They take a long time to mature; 110 to 160 days. They usually mature in October or even November, Weber said. That’s after the first frost, and peppers don’t like frost. In order to harvest the fruit, extend the peppers’ growing season by bringing the plants inside to a garage or basement. If they’re planted in containers, it’s easy to move them to a protected environment.
Place your vegetable garden near a water source
You will need to water your plants, so make sure your garden is close enough to a water source, whether it’s an irrigation system or a hose (or drip hose) hooked up to a spigot or to a water barrel.
Don’t use a sprinkler unless you’re trying to get mildew
Wet leaves encourage mildew, and mildew will kill cucumbers, squash, zucchini and pumpkins, Weber said.
Water only at the base of the plant.
What to do if you have a wet yard
Don’t locate your vegetable garden in the wettest part of your yard. If your whole yard stays wet for a long time, use containers instead, she said.
Start with good soil
The steps for turning a lawn into a vegetable garden are the same as the steps for a perennial garden. See this previous article how to turn a lawn into a garden.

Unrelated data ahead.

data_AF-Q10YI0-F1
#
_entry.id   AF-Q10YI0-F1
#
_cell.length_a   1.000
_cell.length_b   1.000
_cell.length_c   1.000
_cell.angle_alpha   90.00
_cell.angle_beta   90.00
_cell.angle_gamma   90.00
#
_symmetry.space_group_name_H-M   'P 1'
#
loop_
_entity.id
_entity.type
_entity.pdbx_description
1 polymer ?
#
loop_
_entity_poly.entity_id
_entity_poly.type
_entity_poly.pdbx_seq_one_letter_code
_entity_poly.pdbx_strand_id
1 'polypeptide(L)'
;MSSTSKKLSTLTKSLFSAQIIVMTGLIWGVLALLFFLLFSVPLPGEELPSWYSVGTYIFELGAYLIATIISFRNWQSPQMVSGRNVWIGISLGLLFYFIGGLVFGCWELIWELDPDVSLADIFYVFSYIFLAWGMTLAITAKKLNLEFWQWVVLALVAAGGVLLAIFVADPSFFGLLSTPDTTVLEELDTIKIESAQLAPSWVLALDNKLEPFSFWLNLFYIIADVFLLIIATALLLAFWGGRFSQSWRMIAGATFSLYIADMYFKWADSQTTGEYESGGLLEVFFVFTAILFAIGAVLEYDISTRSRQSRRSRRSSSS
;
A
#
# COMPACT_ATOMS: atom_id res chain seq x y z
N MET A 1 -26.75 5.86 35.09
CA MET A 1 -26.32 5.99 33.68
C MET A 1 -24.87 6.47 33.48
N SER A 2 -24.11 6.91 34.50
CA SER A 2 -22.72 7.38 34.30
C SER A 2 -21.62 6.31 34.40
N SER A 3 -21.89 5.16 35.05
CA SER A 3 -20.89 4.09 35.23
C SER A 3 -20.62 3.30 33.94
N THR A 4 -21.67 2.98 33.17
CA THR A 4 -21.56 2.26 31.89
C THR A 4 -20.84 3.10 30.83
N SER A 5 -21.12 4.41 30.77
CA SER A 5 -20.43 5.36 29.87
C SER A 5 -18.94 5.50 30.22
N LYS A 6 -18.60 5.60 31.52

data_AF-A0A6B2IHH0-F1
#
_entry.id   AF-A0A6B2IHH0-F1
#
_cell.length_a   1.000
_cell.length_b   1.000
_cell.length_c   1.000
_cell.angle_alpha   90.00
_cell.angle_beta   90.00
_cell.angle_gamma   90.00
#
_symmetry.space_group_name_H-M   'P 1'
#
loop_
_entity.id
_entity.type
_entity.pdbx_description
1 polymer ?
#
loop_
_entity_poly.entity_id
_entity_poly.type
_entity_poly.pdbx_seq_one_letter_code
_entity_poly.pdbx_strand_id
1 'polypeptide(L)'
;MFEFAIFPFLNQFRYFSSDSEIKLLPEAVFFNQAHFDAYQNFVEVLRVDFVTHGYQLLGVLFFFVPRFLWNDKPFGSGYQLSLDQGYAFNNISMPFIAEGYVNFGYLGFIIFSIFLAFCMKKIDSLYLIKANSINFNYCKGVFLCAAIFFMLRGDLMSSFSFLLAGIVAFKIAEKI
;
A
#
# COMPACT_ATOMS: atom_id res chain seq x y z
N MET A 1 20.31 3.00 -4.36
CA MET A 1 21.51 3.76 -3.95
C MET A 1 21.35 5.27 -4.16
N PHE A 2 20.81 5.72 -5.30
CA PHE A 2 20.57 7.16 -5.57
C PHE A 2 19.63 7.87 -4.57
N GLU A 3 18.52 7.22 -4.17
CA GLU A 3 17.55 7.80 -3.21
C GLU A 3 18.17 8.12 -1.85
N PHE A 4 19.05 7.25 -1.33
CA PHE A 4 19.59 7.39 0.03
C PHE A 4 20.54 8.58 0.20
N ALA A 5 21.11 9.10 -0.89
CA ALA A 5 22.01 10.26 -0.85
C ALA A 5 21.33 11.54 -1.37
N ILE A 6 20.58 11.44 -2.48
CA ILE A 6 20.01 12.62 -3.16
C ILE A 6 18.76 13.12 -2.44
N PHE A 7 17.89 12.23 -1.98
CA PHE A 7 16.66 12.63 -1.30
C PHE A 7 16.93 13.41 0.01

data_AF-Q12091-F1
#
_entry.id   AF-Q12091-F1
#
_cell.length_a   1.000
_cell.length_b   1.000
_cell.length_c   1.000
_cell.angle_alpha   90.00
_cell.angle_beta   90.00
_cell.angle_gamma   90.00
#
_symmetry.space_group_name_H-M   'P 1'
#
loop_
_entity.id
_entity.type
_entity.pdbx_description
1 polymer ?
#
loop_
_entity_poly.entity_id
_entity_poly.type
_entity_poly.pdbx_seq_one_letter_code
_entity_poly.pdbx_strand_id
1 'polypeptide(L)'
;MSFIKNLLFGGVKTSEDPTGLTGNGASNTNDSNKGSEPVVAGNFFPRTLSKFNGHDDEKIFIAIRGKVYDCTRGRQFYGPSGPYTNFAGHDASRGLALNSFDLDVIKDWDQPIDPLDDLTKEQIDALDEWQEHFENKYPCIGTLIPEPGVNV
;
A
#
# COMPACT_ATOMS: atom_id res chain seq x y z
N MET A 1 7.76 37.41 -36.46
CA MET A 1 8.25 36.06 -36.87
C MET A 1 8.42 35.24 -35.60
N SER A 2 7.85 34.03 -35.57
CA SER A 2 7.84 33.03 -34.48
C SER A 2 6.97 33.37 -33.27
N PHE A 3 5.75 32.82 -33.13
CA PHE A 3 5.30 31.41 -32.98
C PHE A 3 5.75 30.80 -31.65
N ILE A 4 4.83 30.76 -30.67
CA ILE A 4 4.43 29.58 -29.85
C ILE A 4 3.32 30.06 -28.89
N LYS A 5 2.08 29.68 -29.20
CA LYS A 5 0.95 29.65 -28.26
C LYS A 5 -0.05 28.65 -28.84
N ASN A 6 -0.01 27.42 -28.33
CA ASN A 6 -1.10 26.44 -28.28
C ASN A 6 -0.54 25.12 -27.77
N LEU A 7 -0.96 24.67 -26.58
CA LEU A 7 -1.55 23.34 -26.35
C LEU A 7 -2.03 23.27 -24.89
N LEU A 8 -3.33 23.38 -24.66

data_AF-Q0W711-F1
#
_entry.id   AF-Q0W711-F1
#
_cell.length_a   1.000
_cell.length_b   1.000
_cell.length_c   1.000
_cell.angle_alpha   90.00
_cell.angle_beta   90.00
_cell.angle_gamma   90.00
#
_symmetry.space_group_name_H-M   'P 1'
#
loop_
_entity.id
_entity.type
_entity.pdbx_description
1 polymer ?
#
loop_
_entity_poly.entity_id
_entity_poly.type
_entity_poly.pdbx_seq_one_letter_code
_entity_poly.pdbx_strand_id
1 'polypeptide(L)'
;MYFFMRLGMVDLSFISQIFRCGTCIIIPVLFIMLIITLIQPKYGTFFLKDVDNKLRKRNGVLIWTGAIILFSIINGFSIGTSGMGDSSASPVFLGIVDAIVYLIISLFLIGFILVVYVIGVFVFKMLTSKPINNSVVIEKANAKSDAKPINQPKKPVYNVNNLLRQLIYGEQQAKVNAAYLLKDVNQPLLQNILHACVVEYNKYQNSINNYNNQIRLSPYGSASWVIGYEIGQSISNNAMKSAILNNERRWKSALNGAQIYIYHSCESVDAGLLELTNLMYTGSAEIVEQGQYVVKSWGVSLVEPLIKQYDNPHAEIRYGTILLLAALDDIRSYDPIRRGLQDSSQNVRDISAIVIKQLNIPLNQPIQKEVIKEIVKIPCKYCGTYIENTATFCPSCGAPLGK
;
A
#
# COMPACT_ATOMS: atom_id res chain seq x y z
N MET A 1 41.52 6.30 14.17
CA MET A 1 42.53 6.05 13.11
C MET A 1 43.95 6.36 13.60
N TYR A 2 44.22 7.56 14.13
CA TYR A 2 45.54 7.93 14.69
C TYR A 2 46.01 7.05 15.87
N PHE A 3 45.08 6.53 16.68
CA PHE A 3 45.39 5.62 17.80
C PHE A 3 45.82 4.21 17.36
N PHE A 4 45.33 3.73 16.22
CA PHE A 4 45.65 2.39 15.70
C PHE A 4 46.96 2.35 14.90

Keep critters out
“Plan to put up a fence of some sort to keep animals out,” Weber said. “They’ll get in otherwise.”
I always wondered why people placed their vegetable garden in a separate spot and fenced it in. Now I understand. It’s bad enough when rabbits and deer chomp on your flowers, but it’s horrible when they ruin your food plants before you even get a taste.
In this previous article, see how Lindsay and Timothy Dzielski of the City of Tonawanda keep deer and other critters out of their vegetable gardens.
Place plants strategically within your vegetable garden
You don’t want to step on your plants, so use these guidelines from Weber to figure out which plants go in the front of the garden and which go in back.
Vegetables that are first to harvest go in front